A FEW rocket launchers and sticks of explosives stand between a new beginning in Northern Ireland and retreat to stalemate.
The Irish Republican Army (IRA) must begin handing over weapons by March 10, or the new provincial government will not start on that date.
Last April's Good Friday accord calls for all paramilitary weapons to be "decommissioned" -- handed over to an international commission for destruction -- by May 2000. It did not specify when decommissioning had to begin. Nor did it say when the British army needed to withdraw from the streets, or when the British and Irish Republic governments needed to begin releasing convicted killers, yet these actions are under way.
David Trimble's Ulster Unionist Party met this week with Sinn Fein, the political wing of the IRA, and included the IRA in the executive council. The new Northern Ireland Assembly approved the executive council and six joint committees with the Irish Republic.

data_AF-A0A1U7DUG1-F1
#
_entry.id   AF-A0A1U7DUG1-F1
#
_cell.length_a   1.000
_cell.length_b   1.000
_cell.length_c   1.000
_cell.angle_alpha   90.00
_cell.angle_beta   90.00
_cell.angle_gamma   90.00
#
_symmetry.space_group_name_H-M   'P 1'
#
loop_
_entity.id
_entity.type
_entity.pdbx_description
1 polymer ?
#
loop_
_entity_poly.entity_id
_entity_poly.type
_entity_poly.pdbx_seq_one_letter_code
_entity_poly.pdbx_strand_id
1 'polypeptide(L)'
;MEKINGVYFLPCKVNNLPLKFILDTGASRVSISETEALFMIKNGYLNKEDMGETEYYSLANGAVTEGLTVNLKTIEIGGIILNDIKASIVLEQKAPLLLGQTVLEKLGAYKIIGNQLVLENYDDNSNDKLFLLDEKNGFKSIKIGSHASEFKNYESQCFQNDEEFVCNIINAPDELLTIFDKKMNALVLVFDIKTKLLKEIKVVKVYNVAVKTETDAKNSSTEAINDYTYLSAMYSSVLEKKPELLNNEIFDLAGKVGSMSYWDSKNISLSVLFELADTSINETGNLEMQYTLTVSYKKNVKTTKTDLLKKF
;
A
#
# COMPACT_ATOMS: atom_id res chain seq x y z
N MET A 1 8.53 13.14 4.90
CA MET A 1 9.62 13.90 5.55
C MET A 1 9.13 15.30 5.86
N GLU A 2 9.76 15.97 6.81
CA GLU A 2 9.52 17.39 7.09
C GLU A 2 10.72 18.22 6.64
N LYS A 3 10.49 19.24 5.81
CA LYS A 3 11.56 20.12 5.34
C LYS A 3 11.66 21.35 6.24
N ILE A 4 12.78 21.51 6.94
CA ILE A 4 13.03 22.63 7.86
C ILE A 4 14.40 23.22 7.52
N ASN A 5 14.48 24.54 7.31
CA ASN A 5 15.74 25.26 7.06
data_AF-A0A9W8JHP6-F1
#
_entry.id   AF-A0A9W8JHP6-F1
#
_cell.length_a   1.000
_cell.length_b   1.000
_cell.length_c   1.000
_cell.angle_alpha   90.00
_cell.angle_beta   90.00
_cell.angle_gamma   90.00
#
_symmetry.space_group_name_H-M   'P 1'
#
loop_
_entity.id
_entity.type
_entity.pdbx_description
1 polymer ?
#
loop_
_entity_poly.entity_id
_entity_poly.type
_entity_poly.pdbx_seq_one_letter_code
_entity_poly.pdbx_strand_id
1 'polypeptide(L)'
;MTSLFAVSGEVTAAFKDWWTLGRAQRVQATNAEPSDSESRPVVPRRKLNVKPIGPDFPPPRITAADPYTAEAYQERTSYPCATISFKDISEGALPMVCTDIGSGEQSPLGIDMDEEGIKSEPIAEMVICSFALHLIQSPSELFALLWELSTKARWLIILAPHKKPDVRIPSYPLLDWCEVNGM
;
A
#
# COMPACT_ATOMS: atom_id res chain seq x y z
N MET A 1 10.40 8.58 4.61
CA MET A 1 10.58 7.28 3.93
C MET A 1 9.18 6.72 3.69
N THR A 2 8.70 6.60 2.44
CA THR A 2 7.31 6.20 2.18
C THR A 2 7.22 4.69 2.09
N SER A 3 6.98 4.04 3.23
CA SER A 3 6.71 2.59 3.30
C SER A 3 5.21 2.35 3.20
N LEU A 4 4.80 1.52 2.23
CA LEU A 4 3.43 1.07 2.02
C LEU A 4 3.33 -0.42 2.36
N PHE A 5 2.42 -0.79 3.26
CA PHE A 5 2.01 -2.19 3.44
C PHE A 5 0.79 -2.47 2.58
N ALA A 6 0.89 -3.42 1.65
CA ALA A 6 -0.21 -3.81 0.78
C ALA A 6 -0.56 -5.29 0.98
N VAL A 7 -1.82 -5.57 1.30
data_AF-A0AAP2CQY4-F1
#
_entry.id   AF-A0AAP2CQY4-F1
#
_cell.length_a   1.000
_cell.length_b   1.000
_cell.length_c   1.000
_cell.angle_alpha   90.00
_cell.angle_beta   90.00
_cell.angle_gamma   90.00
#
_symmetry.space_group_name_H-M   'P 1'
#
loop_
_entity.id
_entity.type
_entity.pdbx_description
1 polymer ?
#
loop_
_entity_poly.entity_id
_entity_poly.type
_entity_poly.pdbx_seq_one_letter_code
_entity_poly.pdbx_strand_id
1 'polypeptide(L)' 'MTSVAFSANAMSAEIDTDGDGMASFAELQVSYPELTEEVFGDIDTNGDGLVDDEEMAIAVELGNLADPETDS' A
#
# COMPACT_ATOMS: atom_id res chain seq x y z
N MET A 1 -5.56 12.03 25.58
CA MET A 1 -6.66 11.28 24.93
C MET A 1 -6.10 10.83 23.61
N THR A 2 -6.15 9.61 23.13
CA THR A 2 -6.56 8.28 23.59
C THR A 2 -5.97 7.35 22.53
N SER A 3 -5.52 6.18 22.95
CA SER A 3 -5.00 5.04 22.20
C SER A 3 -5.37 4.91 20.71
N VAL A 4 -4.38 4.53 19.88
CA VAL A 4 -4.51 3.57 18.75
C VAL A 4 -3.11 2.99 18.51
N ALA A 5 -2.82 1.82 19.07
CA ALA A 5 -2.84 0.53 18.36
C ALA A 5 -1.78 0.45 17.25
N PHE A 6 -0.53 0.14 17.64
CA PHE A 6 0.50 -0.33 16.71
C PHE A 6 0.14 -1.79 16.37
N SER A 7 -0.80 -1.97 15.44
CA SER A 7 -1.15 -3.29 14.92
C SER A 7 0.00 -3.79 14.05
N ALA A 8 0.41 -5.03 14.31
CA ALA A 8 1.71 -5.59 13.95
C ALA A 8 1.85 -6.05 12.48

The entire Catholic, or nationalist, minority wants this to succeed. The Protestant, or loyalist, majority of the population is evenly divided. That produced a thumping 77-29 vote in the assembly for the arrangements.
Mr. Trimble, the first minister, insists on a start to decommissioning before seating two Sinn Fein members on his 12-member executive council. He needs to strengthen Protestant confidence in this sharing of power, or it will fail -- particularly if the IRA appears to be waiting to resume terrorism.
What is demanded is only a token gesture to start. Yet the IRA is resisting. Irish Prime Minister Bertie Ahern courageously spoke up on Mr. Trimble's side of the issue, then retreated under criticism.
All friends of peace and power-sharing in Northern Ireland, including the Clinton administration, should be telling Sinn Fein and the IRA the same message:
For this to succeed, the IRA must begin decommissioning as part of a confidence-building formula that must be completed within 15 months.
Pub Date: 2/20/99